Life sciences marketing: how to own your social media handles

Life sciences marketing: how to own your social media handles

As if it weren’t enough that corporations have to worry about the legal implications of a tweet, they’ve also got to make sure that no one is fraudulently using their persona on social media in a harmful way. It’s been proven to be difficult to resolve a situation when you’re being impersonated on Twitter, but it’s essential if the fraudulent account is damaging your brand’s reputation.

In 2013, Pfizer had to deal with this very issue. The brand didn’t own the Twitter handle @Pfizer, but whoever did was spouting unflattering news about the brand. After the account cooled down and laid dormant for a few months, Pfizer (the real brand) was able to request the account from Twitter.

But just imagine the potential damage the false account owner could have inflicted on the brand if it had continued to masquerade as the company. You don’t want to leave your reputation in the hands of others, so it’s imperative that you own your brand on all social media channels.

A note on pursuing legal action

Before you assume that you can simply send a “cease and desist” note to the account holder or even sue them for fraud, understand that it is extremely difficult to find an account holder who wishes to remain anonymous, and that there aren’t enough laws in place to help companies pursue legal action in this situation. Your best bet is to report the fraudulent account to the social site and aim to get the negative content removed. Here’s how to proceed.

Step 1: Search for your name

You may not even know that there are Facebook Pages, Twitter profiles, LinkedIn profiles, or Google+ Pages using your brand’s name. This is easily remedied by searching on each social channel for your company name. Your objective here is to ensure that there are no negative accounts that others might take for your actual company accounts.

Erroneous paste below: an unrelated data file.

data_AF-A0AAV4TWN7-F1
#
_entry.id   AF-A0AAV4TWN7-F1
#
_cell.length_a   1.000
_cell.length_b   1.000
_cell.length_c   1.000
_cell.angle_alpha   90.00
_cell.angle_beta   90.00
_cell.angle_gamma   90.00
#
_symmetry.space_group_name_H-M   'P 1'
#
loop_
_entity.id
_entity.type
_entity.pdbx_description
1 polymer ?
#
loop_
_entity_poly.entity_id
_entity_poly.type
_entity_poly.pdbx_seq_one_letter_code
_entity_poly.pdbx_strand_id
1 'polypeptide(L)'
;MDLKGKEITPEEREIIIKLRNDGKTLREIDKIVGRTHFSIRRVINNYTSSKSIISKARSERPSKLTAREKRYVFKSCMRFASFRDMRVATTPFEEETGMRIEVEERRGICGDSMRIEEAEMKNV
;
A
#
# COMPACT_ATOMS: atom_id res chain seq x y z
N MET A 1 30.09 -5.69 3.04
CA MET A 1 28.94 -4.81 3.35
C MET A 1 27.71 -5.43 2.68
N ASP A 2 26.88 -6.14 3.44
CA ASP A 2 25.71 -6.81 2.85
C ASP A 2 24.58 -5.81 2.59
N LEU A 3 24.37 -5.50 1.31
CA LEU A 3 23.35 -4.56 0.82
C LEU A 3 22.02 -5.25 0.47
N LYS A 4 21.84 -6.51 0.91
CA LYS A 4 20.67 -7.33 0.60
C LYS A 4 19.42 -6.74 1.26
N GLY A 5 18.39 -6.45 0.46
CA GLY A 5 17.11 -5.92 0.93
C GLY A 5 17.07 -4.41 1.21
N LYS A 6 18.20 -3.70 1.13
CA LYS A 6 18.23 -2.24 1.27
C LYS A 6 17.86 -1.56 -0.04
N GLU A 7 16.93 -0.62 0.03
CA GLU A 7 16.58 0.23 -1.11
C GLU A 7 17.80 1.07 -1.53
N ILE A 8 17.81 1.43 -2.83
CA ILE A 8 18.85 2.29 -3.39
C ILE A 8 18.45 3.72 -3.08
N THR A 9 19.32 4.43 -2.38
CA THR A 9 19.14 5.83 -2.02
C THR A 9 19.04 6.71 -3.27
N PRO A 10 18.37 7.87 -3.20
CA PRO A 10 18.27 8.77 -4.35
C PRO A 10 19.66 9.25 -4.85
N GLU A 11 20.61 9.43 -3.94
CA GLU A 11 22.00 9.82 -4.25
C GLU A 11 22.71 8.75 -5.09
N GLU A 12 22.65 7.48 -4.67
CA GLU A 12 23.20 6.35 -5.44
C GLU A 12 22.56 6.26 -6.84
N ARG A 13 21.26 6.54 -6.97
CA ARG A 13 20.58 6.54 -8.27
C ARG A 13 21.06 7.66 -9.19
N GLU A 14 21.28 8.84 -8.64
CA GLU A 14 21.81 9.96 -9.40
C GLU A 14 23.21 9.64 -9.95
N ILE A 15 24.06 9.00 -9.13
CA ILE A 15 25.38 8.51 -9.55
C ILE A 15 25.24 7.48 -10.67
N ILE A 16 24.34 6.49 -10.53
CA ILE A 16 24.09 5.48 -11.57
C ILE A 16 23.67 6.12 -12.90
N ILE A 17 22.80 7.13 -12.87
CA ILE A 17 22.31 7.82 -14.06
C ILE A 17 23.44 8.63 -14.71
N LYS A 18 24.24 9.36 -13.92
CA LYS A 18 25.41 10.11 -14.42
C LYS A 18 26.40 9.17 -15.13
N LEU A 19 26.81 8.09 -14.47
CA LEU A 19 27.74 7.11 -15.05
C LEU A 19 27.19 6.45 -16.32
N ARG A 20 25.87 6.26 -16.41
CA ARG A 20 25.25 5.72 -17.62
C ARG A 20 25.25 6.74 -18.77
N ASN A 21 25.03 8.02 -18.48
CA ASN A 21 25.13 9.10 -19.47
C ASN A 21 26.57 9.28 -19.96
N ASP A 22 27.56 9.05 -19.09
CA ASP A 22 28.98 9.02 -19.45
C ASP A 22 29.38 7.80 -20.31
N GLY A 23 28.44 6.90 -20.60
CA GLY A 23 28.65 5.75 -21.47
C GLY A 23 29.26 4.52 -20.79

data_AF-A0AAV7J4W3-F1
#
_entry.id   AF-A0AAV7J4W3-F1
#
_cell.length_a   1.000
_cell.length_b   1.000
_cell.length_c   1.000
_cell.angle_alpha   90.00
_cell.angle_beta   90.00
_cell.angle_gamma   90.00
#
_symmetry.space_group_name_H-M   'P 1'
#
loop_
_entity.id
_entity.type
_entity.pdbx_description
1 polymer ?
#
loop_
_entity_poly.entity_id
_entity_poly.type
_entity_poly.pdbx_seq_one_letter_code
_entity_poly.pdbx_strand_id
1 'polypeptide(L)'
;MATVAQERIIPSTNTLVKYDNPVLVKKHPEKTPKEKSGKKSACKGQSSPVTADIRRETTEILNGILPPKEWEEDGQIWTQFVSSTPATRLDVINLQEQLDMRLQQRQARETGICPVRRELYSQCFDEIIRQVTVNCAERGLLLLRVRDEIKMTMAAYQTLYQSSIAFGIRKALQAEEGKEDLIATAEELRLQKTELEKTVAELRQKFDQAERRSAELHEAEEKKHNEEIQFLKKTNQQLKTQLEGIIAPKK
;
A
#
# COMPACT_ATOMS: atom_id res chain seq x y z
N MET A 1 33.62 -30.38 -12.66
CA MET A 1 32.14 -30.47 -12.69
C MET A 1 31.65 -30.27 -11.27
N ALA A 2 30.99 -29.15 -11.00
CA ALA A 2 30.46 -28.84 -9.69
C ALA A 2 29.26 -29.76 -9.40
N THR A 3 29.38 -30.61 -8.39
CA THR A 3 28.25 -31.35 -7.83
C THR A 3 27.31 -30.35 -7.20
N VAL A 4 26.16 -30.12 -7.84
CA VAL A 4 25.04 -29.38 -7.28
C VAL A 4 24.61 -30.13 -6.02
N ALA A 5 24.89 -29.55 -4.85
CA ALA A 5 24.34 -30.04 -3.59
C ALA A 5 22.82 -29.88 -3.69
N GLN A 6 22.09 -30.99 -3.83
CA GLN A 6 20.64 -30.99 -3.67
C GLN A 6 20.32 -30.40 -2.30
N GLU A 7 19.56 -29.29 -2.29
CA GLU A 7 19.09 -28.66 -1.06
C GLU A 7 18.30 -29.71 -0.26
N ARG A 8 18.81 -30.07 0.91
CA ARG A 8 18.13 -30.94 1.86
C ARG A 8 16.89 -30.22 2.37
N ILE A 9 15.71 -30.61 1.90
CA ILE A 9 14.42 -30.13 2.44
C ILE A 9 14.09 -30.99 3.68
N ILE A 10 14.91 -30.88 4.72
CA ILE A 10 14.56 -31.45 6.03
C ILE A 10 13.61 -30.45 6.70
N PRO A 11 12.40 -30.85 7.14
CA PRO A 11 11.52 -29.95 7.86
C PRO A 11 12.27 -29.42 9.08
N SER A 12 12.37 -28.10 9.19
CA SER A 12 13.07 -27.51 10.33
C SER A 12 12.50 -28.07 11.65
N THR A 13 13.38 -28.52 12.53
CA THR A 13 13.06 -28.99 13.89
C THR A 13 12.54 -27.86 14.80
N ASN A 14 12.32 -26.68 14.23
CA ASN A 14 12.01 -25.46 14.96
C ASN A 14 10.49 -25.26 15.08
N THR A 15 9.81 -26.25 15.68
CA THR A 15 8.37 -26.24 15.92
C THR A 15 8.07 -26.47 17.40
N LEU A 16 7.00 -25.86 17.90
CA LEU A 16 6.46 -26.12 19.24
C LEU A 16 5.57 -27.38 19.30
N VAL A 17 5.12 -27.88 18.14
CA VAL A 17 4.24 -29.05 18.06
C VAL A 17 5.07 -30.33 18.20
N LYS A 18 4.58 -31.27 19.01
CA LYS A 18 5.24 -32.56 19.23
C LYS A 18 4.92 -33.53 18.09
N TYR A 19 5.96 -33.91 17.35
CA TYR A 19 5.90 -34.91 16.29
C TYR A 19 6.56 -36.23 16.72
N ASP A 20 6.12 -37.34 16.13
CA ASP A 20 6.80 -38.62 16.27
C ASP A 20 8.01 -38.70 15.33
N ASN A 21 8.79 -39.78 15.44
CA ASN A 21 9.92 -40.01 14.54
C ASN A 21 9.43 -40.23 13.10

Step 2: File a complaint immediately

Reporting impersonation isn’t always a clear-cut or even streamlined process with social media (there are likely thousands of brands and people being impersonated, so that department at, say, Twitter, is pretty swamped with requests), so file your complaint immediately…then be patient. It may take weeks (or longer) for your report to be reviewed and for action to be taken.

Here are links to report the impersonation on each social site:

You may be required to prove your own identity and position at your company before a site will move forward in removing the offending account.

Step 3: Inform your community

Be proactive in letting your social followers, website visitors, and blog readers know that there is an imposter using an account that appears to come from your company. Provide the links to your actual accounts and direct people there.

This may be an uphill battle for a while until everyone gets the memo that this fake account isn’t associated with your brand, so be prepared to put effort into it. It may be helpful to set up a search for the fake account and respond to anyone who tweets that account with your correct account info.

Step 4: Be diligent

Just because you’ve squashed one fraudulent account doesn’t mean others might not pop up in the future. Monitor your brand name on all social channels so you can nip it in the bud if it happens again.

The more active your brand is on social channels, the less likely anyone will be to mistake a new account as your own. Take whatever measures you need to to prove your identity to followers who are skeptical (try having the CEO give them a call!).

We’re entering a new era with social media marketing. It’s a necessary channel for your brand to communicate with customers, and it’s one that can make or break your brand reputation. Staying on top of who’s talking about your brand can mitigate serious issues like impersonation.


Photo: PhotoSpin

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